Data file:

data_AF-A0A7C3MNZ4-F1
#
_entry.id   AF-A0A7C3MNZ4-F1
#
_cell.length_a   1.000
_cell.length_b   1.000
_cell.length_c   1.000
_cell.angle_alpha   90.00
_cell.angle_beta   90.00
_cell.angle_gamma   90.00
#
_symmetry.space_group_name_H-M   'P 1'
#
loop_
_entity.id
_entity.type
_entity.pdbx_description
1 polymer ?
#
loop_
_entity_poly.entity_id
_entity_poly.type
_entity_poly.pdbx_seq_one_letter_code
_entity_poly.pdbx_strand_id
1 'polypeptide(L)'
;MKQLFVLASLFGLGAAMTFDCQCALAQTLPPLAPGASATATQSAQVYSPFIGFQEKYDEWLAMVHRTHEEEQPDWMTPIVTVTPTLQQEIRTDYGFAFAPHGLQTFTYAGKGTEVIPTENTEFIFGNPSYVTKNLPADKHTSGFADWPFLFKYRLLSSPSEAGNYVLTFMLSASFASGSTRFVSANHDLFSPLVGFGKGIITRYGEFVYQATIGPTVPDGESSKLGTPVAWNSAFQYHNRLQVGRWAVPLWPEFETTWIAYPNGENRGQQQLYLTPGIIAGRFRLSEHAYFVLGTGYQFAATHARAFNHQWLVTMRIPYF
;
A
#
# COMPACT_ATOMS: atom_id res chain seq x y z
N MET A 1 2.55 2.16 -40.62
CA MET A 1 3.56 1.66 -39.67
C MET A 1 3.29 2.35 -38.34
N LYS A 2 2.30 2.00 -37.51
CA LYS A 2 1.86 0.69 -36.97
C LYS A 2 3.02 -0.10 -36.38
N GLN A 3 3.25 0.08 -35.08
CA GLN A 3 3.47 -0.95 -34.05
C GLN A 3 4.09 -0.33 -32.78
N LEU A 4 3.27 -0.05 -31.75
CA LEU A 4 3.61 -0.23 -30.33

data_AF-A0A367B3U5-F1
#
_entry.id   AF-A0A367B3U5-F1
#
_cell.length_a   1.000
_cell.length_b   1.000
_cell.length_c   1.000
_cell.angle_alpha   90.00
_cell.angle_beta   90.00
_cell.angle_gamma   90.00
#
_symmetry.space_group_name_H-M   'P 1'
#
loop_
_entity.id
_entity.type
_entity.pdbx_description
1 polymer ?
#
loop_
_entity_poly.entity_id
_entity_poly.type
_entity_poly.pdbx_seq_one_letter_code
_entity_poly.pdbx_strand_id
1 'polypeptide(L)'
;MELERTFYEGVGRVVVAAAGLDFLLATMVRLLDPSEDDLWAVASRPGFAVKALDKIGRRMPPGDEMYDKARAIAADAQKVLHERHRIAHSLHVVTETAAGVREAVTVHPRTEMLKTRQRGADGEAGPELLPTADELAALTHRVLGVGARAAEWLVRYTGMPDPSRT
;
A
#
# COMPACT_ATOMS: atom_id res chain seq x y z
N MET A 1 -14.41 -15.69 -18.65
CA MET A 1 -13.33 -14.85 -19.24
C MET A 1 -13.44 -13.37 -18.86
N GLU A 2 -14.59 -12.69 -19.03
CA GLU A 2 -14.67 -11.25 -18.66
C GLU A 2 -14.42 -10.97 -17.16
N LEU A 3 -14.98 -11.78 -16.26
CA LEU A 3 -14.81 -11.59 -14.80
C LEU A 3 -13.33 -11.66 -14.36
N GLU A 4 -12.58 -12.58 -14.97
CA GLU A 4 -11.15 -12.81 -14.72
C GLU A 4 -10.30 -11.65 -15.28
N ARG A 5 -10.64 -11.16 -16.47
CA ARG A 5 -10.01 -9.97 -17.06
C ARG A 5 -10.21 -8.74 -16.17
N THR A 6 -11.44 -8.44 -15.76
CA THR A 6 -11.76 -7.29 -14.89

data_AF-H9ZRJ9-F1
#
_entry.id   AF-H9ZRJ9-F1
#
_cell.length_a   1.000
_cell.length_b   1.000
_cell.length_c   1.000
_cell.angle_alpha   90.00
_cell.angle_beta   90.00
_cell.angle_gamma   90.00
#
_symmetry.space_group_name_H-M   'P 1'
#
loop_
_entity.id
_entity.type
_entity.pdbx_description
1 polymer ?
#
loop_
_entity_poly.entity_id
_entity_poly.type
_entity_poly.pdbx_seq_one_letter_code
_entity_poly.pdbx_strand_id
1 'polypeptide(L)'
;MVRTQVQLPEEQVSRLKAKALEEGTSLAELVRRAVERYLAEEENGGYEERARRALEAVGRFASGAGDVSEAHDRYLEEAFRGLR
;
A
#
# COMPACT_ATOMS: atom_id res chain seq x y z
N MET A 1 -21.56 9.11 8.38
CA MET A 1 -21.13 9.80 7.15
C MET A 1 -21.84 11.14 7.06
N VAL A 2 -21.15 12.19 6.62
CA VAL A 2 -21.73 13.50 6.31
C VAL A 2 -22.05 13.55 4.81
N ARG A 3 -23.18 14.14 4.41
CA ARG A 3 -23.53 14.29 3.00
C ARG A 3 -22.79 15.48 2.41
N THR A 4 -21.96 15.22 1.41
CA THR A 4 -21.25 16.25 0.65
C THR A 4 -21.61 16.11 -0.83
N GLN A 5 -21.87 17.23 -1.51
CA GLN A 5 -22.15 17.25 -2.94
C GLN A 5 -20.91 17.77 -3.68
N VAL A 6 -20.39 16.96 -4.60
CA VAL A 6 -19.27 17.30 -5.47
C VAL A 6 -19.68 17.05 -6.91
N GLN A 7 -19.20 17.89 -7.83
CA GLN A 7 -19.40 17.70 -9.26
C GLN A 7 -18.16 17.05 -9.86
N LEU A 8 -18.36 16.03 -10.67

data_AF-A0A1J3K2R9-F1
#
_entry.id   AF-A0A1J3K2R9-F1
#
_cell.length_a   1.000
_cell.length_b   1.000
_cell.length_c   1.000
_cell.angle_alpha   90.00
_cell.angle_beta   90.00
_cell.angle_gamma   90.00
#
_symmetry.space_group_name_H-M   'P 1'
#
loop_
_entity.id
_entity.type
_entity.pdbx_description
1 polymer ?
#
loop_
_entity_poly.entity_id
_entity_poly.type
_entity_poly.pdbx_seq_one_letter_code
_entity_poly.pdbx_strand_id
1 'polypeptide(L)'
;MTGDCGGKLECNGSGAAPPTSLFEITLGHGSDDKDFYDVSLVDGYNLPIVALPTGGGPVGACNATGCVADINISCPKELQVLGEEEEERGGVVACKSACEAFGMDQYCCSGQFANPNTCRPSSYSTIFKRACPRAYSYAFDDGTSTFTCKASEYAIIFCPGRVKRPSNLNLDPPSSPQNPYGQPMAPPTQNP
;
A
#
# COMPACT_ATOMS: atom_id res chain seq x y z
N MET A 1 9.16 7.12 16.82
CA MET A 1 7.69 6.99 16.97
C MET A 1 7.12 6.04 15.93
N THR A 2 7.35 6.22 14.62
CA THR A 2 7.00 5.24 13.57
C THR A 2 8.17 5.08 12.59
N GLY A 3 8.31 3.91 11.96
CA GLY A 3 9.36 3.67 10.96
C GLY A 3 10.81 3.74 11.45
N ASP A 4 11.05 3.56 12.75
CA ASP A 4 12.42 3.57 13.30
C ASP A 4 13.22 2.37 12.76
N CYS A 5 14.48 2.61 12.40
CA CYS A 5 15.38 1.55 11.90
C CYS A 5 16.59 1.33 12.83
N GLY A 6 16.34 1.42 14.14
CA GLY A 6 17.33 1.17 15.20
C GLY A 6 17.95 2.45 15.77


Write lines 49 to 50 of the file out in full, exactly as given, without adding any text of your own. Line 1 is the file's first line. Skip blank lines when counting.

_cell.angle_alpha   90.00
_cell.angle_beta   90.00